Thyrza Nichols Goodeve

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Thyrza Nichols Goodeve is a writer, interviewer, artist, and teacher active in the field of contemporary art and culture.

Biography[edit]

Goodeve was born in Middlebury, Connecticut, where she lived until her family moved to Windham, Vermont. Her brother is actor Grant Goodeve, and she is a great-great-granddaughter of the Vermont politician and Union Army Colonel William T. Nichols. She attended the Westover School in Middlebury, Connecticut and Northfield Mount Hermon School (NMH) in Massachusetts. In 1975, through NMH, she attended the American School of Tangier where she met Paul Bowles and Mohammed Mrabet, key influences on her career as a writer.[1] She received a B.A. from Sarah Lawrence College (creative writing, film, philosophy), an M.A. from New York University (cinema studies), and a Ph.D. from the University of California, Santa Cruz under Donna Haraway and James Clifford.[1] She lives in Brooklyn Heights, New York.

Writing and performance[edit]

Goodeve is known both as an essayist and as an interviewer. She writes on diverse topics ranging from vaudeville to cyborgs to the art of doodling, and she has published in such respected periodicals as Artforum, Parkett, Art in America, Artbyte, The Guggenheim Magazine, The Village Voice, The Brooklyn Rail, Art Agenda, and Camerawork. She has interviewed Matthew Barney, Yvonne Rainer, Ellen Gallagher, the Quay Brothers, McKenzie Wark, Tim Rollins and K.O.S., Aziz + Cucher, and Carolee Schneemann.[2] Her book-length conversation with the influential science and technology scholar Donna Haraway offers a wide-ranging and intimate introduction to Haraway's challenging work.[3] Among other things, she argues that science fiction offers a model for Haraway's imaginative theorizations.[4]

Goodeve has also written on Jeff Koons, Raymond Pettibon, Tony Oursler, Michael Joaquin Grey, Matthew Ritchie, Joseph Nechvatal, Heide Hatry, Eve Andrée Laramée, and Lesley Dill.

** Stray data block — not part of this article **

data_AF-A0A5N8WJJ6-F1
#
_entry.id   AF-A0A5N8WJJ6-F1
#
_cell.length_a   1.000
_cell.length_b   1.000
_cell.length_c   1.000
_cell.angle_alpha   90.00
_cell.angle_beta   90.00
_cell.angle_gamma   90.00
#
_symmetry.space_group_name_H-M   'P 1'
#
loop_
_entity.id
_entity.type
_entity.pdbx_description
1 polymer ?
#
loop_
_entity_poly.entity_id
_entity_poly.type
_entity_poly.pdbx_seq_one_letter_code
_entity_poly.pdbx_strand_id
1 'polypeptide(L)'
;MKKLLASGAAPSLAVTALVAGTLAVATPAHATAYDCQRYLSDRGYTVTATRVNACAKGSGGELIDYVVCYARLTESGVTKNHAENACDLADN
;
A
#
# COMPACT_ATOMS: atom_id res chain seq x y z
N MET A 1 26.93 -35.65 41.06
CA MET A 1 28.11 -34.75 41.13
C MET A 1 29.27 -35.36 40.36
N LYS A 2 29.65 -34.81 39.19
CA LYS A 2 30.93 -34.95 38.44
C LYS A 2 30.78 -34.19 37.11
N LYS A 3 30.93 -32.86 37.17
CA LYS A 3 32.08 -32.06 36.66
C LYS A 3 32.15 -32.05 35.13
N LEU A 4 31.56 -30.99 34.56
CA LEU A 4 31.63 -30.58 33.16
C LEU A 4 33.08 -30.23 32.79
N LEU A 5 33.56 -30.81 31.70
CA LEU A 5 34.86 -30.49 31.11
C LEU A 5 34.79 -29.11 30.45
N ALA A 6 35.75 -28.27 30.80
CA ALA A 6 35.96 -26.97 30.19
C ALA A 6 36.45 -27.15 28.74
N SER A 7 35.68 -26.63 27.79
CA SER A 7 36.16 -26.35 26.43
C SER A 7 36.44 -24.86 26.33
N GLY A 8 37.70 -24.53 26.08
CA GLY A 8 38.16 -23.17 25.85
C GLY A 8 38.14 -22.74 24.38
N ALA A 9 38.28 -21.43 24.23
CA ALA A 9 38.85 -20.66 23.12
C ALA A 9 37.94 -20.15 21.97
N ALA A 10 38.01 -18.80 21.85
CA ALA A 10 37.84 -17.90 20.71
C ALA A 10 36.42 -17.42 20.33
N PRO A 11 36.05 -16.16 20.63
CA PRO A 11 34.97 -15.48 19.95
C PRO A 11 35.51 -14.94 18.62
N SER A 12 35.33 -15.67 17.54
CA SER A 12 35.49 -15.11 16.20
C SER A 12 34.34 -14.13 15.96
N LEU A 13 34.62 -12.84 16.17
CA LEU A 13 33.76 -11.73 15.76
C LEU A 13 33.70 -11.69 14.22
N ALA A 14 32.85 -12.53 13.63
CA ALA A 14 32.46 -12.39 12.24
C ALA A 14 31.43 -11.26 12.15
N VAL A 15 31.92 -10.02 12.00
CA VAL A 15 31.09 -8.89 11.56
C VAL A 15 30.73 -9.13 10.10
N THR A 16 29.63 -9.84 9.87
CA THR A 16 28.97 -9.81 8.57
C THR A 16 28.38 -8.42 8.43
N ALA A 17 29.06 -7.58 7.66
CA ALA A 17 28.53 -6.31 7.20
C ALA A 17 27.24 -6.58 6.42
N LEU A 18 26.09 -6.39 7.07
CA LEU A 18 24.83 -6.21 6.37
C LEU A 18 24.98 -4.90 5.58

As a performer, Goodeve has appeared in works by Yvonne Rainer, Joseph Nechvatal, Bradley Rubenstein, and Ellen Harvey. She appears as the graduate student in Yvonne Rainer's 1985 film The Man Who Envied Women.

Teaching[edit]

From 1995 to 1997, Goodeve worked as a research associate at the Whitney Museum of American Art on the American Century Exhibition. From 1998 to 1999, she was Senior Instructor at the Whitney Independent Studio Program.[5] Since 1999, she has been on the faculty of the School of Visual Arts, teaching in the M.F.A. programs in Art Criticism and Writing; Art Practice; and Computer Art.[2] She has also taught in SVA's undergraduate art history and film programs.

Outside of New York, Goodeve has taught at the Rhode Island School of Design and is the program coordinator for the Maryland Institute College of Art summer intensive program in New York City.[citation needed]

Publications[edit]

Books
  • How Like a Leaf: A Conversation with Donna Haraway. New York: Routledge, 1999.
  • Ellen Gallagher. London: Anthony d’Offay, 1999. (Exhibition catalog).
  • Cremaster 5. New York: Barbara Gladstone Gallery, 1997. (Exhibition catalog).
Selected essays and interviews

References[edit]

  1. ^ a b Goodeve, Thyrza Nichols. "The Land Where Your Wanted to Be: Paul Bowles, Mohammed Mrabet, and 17-Year-Old Me". The Brooklyn Rail, Feb. 5, 2015.
  2. ^ a b "Thyrza Nichols Goodeve". The New School Parsons website.
  3. ^ Scott, Tony. "How Like a Leaf: A Review". Kairos 5:1 (Spring 2000)
  4. ^ Grebowicz, Margaret, and Helen Merrick. Beyond the Cyborg: Adventures with Donna Haraway. Columbia University Press, 2013, p. 112.
  5. ^ Mirpaul, Matthew (1998-01-22). "Internet Shines Spotlight on Spirit of Vaudeville". The New York Times. Retrieved 2014-07-02. 

External links[edit]